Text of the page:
I started writing this column last week, thinking that it would just be about fake news.
Fake news is way too easy to create and spread. Take, for example, the case of Cameron Harris. On Sept. 30, the 23-year-old, desperate for money, bought an abandoned web address for $5, wrote a fabricated story about fraudulent Hillary Clinton ballots in fifteen minutes and within days had secured himself $5,000.
But then things got exponentially worse over the period of just a few days. What’s happening right now isn’t just about fake news anymore. This is about the new presidential administration leading an all out assault on the media.
On Jan. 21, one day after the presidential inauguration, Donald Trump gave a speech at the CIA Headquarters in Langley, Virginia.
“As you know, I have a running war with the media,” Trump said. “They are among the most dishonest human beings on Earth.”
On the same day, press secretary Sean Spicer, simply put, lied about the size of the crowd at Trump’s inauguration.
Trump’s advisor Kellyanne Conway appeared on Meet the Press the next day and defended Spicer.
“If we’re going to keep referring to our press secretary in those types of terms, I think that we’re going to have to rethink our relationship here,” Conway said. “Sean Spicer, our press secretary, gave alternative facts to that.”
On Jan. 24, the Environmental Protection Agency, the Department of Agriculture, the Department of Health and Human Services and the Department of the Interior were given several restrictions. Employees of these agencies are currently banned from posting on their official social media accounts or speaking with members of the press or Congress.
The same day, Trump tweeted praise for Fox News and called CNN fake news for the second time.
“Congratulations to @FoxNews for being number one in inauguration ratings. They were many times higher than FAKE NEWS @CNN — public is smart!”
On Jan. 25, reports surfaced that at least six journalists had been arrested for attempting to cover inauguration protests. They were charged with felony rioting and could face up to 10 years in prison and a $25,000 fine.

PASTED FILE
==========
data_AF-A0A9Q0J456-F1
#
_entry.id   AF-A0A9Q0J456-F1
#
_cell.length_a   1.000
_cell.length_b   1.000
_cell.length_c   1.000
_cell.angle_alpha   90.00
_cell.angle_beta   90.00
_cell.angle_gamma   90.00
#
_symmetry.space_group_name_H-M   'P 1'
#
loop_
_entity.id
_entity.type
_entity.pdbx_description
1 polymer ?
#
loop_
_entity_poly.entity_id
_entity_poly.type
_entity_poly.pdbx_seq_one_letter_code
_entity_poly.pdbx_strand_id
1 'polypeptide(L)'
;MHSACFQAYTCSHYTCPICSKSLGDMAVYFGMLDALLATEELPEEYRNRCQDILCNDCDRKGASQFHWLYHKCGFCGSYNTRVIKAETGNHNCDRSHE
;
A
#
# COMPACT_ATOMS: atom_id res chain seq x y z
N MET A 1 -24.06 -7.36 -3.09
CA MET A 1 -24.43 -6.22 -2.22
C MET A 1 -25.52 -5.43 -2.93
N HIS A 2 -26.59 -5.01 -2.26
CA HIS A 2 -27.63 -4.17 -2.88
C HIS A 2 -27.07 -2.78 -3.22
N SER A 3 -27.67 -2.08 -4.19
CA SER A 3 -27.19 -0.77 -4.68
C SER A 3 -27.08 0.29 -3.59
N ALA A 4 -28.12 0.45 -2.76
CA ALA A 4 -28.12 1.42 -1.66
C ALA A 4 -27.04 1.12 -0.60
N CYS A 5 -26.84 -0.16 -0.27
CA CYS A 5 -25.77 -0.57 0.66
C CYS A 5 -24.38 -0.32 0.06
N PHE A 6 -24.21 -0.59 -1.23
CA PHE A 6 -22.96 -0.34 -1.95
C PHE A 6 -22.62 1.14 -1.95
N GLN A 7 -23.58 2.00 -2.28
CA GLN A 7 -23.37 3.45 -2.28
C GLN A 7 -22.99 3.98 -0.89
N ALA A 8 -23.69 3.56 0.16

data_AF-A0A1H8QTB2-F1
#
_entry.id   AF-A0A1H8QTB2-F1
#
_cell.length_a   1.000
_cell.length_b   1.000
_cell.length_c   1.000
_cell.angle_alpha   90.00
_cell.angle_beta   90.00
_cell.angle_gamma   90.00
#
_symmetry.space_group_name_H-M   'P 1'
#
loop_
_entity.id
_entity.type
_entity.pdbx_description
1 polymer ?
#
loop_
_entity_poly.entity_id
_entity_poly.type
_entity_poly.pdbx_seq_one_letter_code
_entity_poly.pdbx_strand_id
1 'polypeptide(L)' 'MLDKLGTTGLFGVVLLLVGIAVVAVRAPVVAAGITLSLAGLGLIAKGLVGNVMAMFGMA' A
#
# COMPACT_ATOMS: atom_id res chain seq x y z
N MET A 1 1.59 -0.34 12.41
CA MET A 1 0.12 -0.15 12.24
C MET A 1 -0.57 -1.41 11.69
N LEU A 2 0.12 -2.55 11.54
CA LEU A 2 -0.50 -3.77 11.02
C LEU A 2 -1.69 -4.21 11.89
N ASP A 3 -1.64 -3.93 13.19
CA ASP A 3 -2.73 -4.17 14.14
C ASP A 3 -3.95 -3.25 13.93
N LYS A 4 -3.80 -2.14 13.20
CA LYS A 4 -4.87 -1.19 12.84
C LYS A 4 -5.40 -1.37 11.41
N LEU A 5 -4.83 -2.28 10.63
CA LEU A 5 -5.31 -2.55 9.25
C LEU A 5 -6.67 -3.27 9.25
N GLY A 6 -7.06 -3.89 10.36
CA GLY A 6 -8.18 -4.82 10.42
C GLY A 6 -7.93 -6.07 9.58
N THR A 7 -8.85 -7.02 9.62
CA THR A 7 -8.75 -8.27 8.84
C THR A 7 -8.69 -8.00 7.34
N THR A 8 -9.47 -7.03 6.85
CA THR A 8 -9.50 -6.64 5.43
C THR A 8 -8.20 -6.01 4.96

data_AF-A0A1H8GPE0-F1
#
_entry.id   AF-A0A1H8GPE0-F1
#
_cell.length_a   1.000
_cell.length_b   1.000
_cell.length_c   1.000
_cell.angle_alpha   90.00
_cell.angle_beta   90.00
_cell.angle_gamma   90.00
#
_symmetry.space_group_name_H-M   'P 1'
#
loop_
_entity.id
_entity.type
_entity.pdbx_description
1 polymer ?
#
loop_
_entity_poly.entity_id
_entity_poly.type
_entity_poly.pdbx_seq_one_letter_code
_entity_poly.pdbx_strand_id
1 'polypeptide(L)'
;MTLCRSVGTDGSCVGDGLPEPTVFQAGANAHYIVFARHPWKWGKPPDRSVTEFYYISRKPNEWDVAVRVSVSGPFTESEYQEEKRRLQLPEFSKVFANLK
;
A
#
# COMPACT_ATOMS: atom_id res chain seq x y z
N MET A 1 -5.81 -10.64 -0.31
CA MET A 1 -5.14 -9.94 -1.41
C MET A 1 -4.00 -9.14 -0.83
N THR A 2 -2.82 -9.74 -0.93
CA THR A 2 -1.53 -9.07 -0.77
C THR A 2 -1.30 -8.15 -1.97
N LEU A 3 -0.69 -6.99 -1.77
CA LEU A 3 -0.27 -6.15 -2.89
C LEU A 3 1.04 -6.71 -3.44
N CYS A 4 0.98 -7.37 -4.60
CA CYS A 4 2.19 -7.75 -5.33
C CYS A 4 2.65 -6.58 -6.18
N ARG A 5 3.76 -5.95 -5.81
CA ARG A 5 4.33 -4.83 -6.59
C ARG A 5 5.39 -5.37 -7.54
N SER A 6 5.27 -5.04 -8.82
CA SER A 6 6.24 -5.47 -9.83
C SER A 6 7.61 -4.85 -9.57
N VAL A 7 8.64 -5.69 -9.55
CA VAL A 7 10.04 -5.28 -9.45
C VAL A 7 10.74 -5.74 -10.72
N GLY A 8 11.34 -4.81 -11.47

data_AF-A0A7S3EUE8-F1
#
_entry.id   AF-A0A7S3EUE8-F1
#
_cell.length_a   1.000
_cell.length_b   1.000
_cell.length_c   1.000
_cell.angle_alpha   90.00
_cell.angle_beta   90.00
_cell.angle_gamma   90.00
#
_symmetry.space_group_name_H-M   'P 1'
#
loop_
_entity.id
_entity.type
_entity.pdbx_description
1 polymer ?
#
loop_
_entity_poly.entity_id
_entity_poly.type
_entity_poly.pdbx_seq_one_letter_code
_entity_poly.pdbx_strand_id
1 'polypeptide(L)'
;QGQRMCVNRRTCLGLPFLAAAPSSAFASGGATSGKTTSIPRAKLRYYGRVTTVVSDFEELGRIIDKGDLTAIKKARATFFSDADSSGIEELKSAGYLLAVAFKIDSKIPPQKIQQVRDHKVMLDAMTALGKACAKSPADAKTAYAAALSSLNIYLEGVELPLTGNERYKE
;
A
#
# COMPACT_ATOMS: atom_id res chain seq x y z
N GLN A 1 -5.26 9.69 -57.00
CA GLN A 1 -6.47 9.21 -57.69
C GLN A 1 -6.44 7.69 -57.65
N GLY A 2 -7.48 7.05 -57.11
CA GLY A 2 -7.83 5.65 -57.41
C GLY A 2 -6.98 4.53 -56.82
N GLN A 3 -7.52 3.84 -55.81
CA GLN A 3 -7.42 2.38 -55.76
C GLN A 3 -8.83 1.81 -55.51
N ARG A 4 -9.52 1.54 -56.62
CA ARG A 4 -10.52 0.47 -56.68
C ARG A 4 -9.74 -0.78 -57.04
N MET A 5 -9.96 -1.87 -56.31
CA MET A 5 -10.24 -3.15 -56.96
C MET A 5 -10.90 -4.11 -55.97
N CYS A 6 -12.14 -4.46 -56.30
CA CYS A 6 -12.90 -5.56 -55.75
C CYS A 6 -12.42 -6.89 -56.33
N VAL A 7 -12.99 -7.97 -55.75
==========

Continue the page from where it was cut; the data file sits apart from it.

George Orwell in his political dystopian novel “1984” warns: “The party told you to reject the evidence of your eyes and ears. It was their final, most essential command.”
The fake news epidemic led to a dangerous distrust of the media by the president and administration. In retaliation, they censored their employees, sponsored a highly biased news source and arrested journalists for daring to do their jobs. Falsehoods, under the guise of “alternative facts” are being promoted, uttered and defended by some of the most powerful people in our country. These will blend in with the postmodern culture we live in, which already rejects the notion of an objective reality.
This is not a partisan issue. This is dangerous. This is something everyone, regardless of their political leanings, needs to be afraid of.
There’s a reason that the media is called the fourth estate, the other three being the three branches of the government. Its purpose is to inform the people and to ensure the transparency of those in power. These actions taken by the Trump administration are threatening the integrity of the first amendment guarantees of free speech and free press. In the Reynolds building, we proudly display this amendment on the blue wall next to the Student Publications office. These liberties are essential to a functioning society and democracy, and they are being taken away from us bit by bit.
I’d like to assure you that these rights will not be easily forfeited. Mainstream news media is still credible, regardless of the views of the president or his cronies. Journalists are incredibly resilient people and they will strive to uncover the truth no matter the circumstances.
Orwell continues: “There was truth and there was untruth, and if you clung to the truth even against the whole world, you were not mad.”